Winsted-Lester Prairie Journal, May 15, 2000
Recreational fires may be allowed in LP
By Jane Otto
LESTER PRAIRIE - "A group of friends can be sitting in their backyard around a fire, having a good time, and I have to tell them, 'No, you can't do that,'" said Police Chief Fred Blaser at the Lester Prairie City Council meeting last Monday.
Soon though, Blaser will no longer need to "put the fire out" at friendly get-togethers about town.
The council has been in the process of updating its open burning ordinance to take into consideration recreational fires that are becoming more commonplace.
"You can buy portable pits at Menards for just that purpose," said council member Larry Hoof.
Recreational fires are already allowed in Minnetonka and other metro suburbs, said Blaser.
"As long as trash isn't being burnt or it's not a 12-foot bonfire, I don't have a problem with it. It would be a nice gesture on the part of the council to allow them," Blaser said.
Hoof has been talking to neighboring communities to get some guidelines for recreational fires.
He suggested that open fires should be in either permanent pits dug in the yard or portable units. Pits should be no bigger than 36 inches across and no more than 18 inches deep. Hoof said some type of screen will also be necessary to control sparks.
Council member Rose Halloran said that the ordinance should state how close to the property line a fire could be so it doesn't bother neighbors.
"A 10-foot setback is a good idea and also might prevent some calls," said Blaser.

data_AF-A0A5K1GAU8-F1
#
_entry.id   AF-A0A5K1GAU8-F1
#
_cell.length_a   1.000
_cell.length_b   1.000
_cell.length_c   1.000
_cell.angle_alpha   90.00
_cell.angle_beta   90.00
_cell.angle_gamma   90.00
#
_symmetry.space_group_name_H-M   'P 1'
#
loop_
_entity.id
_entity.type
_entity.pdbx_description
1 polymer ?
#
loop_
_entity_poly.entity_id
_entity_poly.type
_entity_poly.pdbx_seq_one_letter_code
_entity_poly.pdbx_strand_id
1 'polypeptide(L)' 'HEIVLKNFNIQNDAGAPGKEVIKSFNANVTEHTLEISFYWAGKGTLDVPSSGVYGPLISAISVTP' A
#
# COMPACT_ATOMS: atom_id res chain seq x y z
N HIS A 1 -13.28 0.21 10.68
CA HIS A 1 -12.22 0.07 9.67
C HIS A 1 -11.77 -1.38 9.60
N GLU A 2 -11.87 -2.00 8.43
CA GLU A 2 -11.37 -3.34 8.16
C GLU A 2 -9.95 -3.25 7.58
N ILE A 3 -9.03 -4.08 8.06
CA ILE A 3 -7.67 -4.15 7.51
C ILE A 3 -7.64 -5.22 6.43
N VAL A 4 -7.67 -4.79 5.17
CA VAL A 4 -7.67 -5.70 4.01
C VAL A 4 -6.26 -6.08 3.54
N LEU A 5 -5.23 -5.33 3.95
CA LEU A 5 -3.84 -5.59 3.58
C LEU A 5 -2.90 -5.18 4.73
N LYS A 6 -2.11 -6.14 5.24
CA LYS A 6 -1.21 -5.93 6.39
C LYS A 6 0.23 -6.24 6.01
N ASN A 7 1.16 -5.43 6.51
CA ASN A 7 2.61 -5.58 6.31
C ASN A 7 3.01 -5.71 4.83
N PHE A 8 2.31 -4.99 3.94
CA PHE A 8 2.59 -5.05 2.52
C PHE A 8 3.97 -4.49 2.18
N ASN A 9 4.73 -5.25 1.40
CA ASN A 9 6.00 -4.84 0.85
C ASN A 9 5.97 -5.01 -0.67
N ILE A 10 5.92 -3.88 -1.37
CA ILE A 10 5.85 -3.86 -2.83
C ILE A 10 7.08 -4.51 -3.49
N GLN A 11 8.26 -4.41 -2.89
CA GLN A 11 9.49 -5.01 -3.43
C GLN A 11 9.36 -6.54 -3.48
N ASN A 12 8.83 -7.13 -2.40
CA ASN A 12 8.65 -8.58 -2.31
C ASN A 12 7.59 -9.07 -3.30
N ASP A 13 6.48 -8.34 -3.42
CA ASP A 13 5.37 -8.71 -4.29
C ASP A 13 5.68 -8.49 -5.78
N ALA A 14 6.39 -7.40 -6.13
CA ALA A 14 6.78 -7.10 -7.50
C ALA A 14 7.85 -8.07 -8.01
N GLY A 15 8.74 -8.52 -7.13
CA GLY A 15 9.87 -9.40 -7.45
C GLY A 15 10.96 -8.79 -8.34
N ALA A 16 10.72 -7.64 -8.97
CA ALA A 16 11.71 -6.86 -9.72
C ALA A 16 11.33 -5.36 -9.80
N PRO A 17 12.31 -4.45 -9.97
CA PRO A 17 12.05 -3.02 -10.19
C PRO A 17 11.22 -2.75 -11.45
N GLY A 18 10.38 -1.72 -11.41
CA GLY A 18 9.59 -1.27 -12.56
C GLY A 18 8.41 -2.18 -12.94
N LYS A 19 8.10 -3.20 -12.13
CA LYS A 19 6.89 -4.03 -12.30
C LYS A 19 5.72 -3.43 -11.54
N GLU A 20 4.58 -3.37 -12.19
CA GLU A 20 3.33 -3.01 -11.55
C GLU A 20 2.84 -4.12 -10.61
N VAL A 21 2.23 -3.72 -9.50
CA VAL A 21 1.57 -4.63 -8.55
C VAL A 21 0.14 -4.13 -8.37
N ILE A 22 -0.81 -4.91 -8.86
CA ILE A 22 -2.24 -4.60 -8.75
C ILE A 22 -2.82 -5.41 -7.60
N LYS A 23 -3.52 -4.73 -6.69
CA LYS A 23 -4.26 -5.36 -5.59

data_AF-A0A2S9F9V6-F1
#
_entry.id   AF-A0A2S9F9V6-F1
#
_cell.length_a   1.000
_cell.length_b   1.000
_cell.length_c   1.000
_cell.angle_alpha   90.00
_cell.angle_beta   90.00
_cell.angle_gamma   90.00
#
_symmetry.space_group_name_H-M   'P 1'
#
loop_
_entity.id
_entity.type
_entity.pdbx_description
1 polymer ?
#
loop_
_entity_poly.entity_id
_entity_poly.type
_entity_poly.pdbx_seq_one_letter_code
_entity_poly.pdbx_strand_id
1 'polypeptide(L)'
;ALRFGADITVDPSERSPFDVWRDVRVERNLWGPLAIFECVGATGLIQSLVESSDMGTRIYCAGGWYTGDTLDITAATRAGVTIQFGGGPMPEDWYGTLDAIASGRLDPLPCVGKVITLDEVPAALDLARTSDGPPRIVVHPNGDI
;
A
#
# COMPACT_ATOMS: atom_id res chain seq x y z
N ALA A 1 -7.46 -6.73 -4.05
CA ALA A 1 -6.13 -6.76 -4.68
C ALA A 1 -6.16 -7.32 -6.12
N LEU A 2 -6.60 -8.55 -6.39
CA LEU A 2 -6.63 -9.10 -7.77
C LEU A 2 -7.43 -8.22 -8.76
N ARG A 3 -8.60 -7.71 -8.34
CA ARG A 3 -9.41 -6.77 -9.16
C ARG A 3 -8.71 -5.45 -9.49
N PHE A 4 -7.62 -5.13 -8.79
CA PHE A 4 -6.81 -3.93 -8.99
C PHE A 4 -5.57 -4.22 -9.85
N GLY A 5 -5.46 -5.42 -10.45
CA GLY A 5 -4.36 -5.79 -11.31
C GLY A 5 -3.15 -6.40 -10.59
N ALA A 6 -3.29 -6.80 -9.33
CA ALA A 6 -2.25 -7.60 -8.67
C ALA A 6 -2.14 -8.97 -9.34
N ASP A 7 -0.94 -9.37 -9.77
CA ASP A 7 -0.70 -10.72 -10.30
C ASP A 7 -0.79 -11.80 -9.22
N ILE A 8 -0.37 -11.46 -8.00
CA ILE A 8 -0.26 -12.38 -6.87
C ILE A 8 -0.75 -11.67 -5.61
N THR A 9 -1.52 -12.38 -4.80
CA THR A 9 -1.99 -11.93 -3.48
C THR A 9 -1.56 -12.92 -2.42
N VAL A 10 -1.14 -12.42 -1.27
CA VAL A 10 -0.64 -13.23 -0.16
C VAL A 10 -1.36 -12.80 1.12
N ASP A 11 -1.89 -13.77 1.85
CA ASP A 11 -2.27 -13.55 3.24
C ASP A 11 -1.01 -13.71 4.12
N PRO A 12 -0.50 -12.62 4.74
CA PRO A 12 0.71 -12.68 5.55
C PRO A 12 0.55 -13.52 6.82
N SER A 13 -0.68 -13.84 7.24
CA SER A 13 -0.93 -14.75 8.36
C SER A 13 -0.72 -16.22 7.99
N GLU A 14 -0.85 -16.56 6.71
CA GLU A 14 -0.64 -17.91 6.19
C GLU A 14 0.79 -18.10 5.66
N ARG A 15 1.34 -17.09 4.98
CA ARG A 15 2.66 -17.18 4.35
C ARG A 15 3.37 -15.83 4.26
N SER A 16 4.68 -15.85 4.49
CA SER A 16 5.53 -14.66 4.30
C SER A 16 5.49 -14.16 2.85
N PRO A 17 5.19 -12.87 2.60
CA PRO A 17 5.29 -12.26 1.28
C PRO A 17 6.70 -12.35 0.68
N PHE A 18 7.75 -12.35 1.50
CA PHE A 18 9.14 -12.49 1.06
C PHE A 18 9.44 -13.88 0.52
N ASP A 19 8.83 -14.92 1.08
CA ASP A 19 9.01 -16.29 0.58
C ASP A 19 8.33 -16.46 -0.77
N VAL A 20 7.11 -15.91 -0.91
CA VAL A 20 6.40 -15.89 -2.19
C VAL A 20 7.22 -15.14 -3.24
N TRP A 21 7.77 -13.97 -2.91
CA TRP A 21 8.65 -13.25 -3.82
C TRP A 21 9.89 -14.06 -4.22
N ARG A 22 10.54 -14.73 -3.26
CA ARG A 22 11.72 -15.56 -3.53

The council agreed that once the ordinance is passed, it should be reviewed yearly to see if any changes are necessary.
"It's something that could be great as long as it's not abused," said Halloran.
Jump in the pool
Whether or not the Lester Prairie city pool will open Monday, June 5 remains to be seen.
One reason for a potential delay is that the pool needs to be painted yet. The pool has been sandblasted and readied for painting. The pool must be dry to paint, and any rain sets the painting time back a bit, said Mayor Eric Angvall.
After the first coat is applied, the paint needs to dry for two to three days before a second coat can be added. The paint then needs to cure for one week before the pool can be filled with water, Angvall said.
Timing may be tight, but the June 5 opening date is still possible, he added.
Angvall pointed out that this is some of the best prep work done on the pool in a long time.
At the time of the council meeting, the city was having trouble finding a painter. It has since been learned from a park board member that Earl Heldt has agreed to paint the pool.
As for pool staffing, City Clerk Marilyn Pawelk said a manager and lifeguards have been hired. Halloran, who serves on the park board, will soon hire the remaining staff.
Parents double-parked while waiting to pick up their children from the elementary school has become a serious problem, said Blaser.
The elementary principal told him there has been a few close calls, he added.
Blaser, also a school board member, asked the council if five parking spots could be a designated loading and unloading zone.
The zone would be from the elementary doors to the bike rack. Blaser said persons using the zone would have to remain with their vehicle and could occupy the spot for only five minutes.
A loading zone could probably not be accomplished until next school year, said Pawelk. Signs would need to be posted and memos sent to all parents. With only two weeks of school left, Pawelk said that would be difficult to accomplish.
"Someone at the school should instruct people how to park," said council member Rollie Bruckschen.
Angvall said the issue could be discussed at the May 22 joint meeting with the school board. He asked Blaser to instruct the school board to have ready, for the council to review, a letter that would inform parents of a future loading and unloading zone in front of the school.
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